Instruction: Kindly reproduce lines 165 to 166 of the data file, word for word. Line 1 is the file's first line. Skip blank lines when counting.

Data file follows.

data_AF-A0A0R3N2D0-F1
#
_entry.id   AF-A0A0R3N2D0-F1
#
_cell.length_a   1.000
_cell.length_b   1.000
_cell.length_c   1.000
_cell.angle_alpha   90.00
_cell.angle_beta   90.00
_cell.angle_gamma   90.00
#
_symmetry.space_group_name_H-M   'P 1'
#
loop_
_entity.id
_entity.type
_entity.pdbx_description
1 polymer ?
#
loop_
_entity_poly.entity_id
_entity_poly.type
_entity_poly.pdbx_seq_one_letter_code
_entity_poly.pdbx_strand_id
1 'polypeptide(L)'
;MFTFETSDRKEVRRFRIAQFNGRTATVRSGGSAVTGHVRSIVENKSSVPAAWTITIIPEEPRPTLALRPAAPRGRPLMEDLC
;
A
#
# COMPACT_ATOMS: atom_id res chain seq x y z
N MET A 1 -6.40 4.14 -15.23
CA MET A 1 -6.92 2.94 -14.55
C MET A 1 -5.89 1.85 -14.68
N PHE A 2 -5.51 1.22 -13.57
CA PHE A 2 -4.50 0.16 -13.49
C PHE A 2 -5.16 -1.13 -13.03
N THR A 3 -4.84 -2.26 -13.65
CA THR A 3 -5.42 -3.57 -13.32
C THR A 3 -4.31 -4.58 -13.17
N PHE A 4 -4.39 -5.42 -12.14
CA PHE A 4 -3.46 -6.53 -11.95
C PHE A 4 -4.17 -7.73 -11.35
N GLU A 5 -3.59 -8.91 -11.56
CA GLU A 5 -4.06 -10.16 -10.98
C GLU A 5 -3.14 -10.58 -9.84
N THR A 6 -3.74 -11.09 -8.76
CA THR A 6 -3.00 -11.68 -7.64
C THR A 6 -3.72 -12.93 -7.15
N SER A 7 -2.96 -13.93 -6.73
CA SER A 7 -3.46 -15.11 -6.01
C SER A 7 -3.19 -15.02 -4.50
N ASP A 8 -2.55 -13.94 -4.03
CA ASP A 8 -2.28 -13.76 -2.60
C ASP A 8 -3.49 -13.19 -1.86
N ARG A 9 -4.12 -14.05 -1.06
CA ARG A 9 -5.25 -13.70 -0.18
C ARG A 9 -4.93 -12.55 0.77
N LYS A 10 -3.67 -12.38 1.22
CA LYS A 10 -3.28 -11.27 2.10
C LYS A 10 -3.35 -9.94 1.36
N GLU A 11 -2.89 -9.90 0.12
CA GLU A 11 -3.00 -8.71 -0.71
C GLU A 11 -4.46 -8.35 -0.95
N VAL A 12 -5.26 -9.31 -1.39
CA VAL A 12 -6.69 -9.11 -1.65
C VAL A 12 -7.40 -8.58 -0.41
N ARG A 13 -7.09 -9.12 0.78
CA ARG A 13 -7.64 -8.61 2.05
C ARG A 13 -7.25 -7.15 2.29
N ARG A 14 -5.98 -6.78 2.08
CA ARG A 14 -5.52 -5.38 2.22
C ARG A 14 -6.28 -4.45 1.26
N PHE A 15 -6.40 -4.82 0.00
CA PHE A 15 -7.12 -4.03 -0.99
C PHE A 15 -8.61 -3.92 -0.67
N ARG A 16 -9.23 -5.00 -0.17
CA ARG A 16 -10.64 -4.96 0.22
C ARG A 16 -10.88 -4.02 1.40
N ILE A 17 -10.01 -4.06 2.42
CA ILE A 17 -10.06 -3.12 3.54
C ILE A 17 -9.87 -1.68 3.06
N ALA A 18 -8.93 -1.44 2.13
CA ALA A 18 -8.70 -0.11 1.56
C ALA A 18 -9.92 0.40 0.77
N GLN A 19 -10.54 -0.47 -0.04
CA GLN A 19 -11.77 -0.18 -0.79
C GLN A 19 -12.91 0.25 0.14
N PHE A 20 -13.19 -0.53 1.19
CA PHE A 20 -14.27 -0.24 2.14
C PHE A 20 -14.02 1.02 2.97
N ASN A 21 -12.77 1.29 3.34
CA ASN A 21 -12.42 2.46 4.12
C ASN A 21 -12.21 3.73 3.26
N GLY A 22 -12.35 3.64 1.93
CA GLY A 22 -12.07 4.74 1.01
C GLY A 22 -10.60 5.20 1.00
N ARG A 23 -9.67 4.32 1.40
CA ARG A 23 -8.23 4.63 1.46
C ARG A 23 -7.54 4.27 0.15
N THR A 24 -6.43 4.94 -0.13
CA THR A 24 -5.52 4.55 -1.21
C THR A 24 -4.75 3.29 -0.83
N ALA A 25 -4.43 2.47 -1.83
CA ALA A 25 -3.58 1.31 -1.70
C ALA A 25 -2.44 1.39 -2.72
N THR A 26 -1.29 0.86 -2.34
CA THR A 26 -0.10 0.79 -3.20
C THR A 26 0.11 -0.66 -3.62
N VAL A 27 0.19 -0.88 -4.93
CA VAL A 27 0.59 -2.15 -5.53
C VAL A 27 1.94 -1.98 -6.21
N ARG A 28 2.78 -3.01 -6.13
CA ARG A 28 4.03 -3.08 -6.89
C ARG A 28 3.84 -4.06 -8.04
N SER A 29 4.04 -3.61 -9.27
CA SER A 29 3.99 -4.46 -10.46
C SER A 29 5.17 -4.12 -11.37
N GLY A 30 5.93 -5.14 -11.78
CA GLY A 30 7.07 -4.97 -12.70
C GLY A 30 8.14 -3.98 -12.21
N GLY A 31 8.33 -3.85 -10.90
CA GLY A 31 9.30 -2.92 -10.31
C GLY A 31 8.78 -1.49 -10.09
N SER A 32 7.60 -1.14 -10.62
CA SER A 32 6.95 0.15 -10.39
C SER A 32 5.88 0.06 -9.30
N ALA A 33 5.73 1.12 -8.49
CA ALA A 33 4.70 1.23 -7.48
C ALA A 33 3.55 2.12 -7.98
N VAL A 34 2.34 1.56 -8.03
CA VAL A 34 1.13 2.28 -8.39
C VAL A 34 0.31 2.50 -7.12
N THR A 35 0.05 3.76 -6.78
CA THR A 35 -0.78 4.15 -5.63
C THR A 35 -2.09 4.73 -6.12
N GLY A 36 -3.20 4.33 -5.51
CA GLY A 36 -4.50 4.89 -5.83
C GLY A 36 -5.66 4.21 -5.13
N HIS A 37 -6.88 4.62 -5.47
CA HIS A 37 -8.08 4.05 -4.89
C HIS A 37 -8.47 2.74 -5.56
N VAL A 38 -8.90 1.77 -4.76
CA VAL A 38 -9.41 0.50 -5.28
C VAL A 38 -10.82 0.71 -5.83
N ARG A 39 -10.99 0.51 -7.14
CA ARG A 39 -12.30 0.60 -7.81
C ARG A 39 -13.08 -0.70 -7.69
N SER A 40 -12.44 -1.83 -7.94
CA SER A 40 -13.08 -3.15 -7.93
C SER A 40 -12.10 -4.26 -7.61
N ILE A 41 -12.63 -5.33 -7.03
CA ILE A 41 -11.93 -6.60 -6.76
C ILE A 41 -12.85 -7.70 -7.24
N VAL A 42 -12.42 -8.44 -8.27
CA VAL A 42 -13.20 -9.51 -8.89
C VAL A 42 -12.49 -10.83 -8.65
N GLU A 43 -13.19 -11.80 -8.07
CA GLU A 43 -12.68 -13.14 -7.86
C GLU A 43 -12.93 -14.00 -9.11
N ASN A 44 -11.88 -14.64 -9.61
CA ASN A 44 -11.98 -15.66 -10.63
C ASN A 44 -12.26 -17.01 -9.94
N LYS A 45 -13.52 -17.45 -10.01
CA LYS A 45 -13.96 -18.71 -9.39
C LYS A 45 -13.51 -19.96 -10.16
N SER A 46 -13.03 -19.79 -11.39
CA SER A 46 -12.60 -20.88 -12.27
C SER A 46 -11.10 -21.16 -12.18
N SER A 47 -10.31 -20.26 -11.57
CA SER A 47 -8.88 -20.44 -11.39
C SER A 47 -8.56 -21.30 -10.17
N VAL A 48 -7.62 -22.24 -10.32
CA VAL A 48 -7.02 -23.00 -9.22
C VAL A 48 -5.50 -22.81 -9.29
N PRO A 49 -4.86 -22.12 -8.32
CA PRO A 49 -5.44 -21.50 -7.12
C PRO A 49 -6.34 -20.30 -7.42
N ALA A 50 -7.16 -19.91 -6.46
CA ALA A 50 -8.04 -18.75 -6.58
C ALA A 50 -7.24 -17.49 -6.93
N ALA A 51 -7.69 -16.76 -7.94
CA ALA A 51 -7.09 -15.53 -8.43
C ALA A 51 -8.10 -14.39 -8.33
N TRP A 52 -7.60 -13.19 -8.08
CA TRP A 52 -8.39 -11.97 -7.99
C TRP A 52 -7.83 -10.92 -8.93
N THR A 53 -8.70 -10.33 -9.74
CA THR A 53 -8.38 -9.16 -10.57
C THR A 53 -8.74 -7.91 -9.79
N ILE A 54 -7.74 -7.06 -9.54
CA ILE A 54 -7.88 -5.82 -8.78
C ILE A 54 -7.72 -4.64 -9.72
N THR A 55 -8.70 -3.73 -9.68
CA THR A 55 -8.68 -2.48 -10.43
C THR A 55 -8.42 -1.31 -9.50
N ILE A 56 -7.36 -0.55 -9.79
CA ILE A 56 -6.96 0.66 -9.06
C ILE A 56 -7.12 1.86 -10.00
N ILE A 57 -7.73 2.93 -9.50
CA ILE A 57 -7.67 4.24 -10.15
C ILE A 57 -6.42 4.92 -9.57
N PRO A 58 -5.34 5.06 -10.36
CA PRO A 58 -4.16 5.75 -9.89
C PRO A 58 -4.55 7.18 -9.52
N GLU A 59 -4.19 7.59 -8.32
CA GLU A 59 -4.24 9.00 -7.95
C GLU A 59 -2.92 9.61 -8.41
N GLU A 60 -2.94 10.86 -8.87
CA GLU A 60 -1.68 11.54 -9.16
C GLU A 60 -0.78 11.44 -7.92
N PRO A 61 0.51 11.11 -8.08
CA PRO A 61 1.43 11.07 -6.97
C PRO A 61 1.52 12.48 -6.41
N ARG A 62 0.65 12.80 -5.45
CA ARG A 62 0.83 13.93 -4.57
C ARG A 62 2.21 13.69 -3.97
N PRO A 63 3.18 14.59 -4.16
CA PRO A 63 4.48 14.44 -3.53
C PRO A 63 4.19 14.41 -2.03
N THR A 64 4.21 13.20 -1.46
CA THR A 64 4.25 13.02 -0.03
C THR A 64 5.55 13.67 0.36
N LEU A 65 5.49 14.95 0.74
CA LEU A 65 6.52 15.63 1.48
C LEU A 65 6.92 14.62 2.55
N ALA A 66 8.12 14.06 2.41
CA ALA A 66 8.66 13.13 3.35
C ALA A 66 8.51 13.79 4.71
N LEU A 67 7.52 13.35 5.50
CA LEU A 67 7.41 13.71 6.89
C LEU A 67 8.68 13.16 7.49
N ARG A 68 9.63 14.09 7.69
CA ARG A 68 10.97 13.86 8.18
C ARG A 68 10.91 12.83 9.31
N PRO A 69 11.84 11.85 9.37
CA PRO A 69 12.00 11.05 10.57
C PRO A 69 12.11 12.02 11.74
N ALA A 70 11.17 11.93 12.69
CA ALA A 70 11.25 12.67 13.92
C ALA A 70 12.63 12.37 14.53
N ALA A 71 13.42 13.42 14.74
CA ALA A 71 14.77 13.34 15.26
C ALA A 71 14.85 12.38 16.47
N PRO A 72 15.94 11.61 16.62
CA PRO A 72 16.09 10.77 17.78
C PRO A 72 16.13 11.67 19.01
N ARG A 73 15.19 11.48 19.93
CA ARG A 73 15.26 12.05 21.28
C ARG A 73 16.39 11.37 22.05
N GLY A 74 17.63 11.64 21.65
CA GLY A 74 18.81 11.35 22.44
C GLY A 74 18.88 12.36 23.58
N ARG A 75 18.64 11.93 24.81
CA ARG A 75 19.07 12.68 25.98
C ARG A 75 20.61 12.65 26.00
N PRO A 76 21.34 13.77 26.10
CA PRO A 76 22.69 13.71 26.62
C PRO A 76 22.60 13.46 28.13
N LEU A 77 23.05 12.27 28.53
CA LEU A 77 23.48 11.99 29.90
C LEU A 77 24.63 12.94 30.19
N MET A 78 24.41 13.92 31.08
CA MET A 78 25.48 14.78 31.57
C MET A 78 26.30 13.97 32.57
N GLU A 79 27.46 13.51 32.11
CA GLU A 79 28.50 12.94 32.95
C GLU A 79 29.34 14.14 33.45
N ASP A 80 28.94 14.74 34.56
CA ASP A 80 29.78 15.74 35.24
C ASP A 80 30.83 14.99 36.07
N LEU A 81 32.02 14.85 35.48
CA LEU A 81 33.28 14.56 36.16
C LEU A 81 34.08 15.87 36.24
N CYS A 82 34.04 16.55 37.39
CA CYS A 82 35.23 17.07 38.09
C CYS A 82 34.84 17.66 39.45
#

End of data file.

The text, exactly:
C LYS A 45 -13.51 -19.96 -10.16
N SER A 46 -13.03 -19.79 -11.39